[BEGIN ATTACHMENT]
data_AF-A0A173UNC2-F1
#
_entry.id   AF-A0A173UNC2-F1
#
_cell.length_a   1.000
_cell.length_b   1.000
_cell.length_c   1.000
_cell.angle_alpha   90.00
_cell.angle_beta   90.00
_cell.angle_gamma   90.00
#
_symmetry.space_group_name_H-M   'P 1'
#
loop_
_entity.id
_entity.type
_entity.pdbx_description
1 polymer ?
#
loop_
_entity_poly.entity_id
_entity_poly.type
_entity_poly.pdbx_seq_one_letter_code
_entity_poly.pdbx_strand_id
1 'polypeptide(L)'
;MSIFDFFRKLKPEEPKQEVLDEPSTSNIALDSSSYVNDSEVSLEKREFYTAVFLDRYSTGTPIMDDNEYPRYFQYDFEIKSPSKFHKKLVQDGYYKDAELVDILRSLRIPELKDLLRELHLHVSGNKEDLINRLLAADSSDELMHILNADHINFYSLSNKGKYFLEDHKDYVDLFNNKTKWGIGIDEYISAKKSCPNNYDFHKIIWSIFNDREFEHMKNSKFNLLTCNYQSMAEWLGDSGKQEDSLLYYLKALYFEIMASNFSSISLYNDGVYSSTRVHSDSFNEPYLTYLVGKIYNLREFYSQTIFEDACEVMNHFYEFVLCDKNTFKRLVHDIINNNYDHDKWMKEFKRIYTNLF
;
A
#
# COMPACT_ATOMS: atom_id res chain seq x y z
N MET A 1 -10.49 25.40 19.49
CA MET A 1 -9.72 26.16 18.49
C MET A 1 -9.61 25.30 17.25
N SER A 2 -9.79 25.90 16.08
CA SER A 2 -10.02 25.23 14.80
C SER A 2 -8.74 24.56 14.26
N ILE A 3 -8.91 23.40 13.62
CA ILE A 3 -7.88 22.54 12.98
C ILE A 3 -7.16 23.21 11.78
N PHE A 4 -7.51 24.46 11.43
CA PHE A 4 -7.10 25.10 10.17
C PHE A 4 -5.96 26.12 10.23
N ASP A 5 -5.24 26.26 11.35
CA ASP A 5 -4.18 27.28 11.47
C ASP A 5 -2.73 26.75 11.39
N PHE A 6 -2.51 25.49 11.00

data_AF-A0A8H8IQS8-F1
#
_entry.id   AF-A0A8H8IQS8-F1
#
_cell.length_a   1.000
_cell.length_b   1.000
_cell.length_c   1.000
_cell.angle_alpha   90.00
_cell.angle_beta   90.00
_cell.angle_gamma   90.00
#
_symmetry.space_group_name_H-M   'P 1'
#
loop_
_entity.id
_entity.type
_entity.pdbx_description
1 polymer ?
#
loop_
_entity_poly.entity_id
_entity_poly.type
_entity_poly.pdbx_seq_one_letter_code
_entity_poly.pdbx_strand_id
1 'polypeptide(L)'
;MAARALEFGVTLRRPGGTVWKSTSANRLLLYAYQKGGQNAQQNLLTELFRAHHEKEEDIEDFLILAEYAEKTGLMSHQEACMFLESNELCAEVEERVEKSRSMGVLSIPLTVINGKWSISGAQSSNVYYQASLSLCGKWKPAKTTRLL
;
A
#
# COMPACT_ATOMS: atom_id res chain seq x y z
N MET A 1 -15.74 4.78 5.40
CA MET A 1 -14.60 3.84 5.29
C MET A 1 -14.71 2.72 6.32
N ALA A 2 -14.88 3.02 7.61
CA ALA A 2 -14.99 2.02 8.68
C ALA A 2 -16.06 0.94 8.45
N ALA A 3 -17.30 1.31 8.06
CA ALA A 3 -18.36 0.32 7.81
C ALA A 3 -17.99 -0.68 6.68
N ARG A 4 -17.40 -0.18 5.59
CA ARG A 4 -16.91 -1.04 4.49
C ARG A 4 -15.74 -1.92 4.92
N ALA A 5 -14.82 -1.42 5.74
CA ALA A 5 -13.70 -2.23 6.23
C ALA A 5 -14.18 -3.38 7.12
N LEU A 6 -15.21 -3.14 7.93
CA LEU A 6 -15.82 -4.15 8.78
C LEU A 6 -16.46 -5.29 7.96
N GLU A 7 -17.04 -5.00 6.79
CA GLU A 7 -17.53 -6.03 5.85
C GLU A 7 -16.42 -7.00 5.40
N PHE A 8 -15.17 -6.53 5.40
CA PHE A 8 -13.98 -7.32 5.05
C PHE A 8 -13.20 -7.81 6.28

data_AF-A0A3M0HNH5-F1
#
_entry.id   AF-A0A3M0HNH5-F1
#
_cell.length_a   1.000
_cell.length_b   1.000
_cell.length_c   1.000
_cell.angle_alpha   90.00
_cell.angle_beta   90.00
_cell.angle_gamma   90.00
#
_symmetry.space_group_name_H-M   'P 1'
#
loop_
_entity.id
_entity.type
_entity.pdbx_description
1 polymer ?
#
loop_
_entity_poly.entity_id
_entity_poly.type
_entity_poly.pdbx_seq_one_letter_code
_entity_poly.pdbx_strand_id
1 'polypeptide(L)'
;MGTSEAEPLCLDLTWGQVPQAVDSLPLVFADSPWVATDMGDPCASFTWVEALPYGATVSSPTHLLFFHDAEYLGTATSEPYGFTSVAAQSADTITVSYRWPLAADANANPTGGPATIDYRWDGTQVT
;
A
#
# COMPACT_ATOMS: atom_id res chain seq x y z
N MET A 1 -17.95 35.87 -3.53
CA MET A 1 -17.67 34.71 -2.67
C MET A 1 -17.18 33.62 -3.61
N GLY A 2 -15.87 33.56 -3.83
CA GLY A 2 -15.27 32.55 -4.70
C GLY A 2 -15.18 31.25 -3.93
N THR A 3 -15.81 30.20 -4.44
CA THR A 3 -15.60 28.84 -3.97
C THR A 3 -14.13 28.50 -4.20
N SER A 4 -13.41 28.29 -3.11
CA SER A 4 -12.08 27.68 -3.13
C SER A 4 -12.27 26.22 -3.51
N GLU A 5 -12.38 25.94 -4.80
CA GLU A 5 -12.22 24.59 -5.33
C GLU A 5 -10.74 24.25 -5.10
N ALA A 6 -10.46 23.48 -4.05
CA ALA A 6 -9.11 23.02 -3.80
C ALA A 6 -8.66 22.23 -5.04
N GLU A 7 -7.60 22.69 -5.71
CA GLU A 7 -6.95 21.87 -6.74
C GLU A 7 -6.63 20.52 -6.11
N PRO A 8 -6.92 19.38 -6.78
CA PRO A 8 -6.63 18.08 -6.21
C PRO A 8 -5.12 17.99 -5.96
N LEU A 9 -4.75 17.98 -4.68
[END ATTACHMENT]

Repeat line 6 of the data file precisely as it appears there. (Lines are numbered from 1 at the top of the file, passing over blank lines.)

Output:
_cell.length_b   1.000